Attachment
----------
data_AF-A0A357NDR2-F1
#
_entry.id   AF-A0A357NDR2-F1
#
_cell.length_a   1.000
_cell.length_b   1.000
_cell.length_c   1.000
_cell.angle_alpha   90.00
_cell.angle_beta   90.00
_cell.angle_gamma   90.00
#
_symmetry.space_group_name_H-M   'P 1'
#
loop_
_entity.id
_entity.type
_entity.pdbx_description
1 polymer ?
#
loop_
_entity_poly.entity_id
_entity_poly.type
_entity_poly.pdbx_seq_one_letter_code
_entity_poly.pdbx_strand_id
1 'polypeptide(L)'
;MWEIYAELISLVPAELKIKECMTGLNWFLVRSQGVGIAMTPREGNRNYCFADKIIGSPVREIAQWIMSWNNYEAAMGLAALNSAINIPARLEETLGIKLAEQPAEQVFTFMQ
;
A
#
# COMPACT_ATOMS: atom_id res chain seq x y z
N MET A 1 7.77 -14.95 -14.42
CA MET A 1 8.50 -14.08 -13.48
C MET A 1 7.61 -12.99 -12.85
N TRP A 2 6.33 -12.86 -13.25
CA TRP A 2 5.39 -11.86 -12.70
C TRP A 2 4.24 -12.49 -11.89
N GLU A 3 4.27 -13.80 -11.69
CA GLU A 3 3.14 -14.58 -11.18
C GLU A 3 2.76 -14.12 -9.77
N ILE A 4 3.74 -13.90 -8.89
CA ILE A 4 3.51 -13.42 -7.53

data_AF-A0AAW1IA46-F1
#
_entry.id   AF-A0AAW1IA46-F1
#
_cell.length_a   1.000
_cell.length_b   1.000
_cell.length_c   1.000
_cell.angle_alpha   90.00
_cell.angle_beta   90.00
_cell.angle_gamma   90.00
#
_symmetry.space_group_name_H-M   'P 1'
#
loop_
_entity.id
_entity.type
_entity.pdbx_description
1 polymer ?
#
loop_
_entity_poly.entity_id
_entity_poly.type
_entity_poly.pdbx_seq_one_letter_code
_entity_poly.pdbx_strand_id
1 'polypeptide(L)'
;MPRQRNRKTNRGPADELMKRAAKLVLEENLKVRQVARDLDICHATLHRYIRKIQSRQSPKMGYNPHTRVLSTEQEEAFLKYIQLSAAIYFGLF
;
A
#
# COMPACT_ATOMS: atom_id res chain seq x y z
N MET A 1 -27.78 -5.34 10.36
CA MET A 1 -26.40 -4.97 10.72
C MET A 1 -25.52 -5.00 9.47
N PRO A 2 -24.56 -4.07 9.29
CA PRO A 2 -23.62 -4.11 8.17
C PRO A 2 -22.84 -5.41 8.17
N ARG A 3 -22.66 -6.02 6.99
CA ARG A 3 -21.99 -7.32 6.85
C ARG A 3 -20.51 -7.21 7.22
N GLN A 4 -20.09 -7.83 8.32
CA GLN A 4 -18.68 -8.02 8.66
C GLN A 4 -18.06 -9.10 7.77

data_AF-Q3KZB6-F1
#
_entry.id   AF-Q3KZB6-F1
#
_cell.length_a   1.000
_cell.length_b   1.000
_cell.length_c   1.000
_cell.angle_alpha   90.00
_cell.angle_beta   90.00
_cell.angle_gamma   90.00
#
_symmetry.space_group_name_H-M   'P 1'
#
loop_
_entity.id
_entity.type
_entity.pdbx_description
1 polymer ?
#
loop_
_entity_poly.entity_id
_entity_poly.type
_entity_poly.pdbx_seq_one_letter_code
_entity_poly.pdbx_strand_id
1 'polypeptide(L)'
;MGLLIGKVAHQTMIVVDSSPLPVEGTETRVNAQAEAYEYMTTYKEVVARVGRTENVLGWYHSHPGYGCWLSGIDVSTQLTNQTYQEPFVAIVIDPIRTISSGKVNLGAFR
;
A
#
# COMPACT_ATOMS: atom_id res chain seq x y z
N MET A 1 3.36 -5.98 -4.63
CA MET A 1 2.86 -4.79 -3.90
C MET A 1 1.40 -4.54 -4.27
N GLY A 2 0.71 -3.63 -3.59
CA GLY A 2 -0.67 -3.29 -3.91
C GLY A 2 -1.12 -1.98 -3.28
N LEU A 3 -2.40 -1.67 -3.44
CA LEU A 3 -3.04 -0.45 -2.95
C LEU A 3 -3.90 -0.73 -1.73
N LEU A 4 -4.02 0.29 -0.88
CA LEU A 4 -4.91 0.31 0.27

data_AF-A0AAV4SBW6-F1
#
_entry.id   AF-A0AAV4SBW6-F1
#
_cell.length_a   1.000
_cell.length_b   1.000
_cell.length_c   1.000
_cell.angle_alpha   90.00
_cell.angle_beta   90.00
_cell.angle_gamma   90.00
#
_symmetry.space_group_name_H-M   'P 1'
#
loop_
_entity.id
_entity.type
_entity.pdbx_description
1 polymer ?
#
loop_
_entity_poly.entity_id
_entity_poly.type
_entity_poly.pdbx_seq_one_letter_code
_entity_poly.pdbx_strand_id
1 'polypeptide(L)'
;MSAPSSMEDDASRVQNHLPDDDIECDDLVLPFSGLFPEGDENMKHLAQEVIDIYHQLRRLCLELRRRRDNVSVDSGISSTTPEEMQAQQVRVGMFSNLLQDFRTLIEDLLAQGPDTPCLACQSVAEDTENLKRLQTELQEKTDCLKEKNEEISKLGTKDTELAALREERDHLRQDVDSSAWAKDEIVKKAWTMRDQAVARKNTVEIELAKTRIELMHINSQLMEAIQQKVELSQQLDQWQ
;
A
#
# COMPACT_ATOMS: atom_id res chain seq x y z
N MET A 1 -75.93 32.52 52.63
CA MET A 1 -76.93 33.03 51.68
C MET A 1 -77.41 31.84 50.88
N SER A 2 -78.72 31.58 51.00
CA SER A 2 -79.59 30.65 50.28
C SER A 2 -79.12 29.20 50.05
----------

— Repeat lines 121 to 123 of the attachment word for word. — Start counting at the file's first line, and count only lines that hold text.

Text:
CA LEU A 3 -3.04 -0.45 -2.95
C LEU A 3 -3.90 -0.73 -1.73
N LEU A 4 -4.02 0.29 -0.88